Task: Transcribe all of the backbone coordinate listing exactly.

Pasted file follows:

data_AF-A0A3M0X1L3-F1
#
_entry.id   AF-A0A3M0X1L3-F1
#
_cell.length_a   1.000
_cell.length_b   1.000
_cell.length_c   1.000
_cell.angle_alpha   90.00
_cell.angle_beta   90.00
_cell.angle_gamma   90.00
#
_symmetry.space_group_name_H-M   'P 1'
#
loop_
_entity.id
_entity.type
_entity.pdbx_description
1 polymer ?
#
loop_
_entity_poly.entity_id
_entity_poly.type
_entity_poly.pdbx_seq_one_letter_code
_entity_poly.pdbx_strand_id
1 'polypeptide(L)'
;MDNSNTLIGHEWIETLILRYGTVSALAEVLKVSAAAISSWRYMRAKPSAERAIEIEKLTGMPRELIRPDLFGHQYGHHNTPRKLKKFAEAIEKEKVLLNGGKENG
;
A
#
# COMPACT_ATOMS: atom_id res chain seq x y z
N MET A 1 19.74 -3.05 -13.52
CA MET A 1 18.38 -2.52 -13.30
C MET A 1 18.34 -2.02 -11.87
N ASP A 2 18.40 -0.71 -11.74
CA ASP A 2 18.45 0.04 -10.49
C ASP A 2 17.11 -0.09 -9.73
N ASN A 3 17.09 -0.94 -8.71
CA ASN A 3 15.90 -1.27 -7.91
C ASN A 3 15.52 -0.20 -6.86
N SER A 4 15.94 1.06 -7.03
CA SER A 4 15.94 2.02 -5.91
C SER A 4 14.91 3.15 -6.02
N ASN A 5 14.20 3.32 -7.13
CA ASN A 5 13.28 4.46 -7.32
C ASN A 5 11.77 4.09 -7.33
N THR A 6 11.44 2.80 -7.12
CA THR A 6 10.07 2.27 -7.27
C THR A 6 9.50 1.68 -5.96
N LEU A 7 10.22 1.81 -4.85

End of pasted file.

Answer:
data_AF-A0A3M0X1L3-F1
#
_entry.id   AF-A0A3M0X1L3-F1
#
_cell.length_a   1.000
_cell.length_b   1.000
_cell.length_c   1.000
_cell.angle_alpha   90.00
_cell.angle_beta   90.00
_cell.angle_gamma   90.00
#
_symmetry.space_group_name_H-M   'P 1'
#
loop_
_entity.id
_entity.type
_entity.pdbx_description
1 polymer ?
#
loop_
_entity_poly.entity_id
_entity_poly.type
_entity_poly.pdbx_seq_one_letter_code
_entity_poly.pdbx_strand_id
1 'polypeptide(L)'
;MDNSNTLIGHEWIETLILRYGTVSALAEVLKVSAAAISSWRYMRAKPSAERAIEIEKLTGMPRELIRPDLFGHQYGHHNTPRKLKKFAEAIEKEKVLLNGGKENG
;
A
#
# COMPACT_ATOMS: atom_id res chain seq x y z
N MET A 1 19.74 -3.05 -13.52
CA MET A 1 18.38 -2.52 -13.30
C MET A 1 18.34 -2.02 -11.87
N ASP A 2 18.40 -0.71 -11.74
CA ASP A 2 18.45 0.04 -10.49
C ASP A 2 17.11 -0.09 -9.73
N ASN A 3 17.09 -0.94 -8.71
CA ASN A 3 15.90 -1.27 -7.91
C ASN A 3 15.52 -0.20 -6.86
N SER A 4 15.94 1.06 -7.03
CA SER A 4 15.94 2.02 -5.91
C SER A 4 14.91 3.15 -6.02
N ASN A 5 14.20 3.32 -7.13
CA ASN A 5 13.28 4.46 -7.32
C ASN A 5 11.77 4.09 -7.33
N THR A 6 11.44 2.80 -7.12
CA THR A 6 10.07 2.27 -7.27
C THR A 6 9.50 1.68 -5.96
N LEU A 7 10.22 1.81 -4.85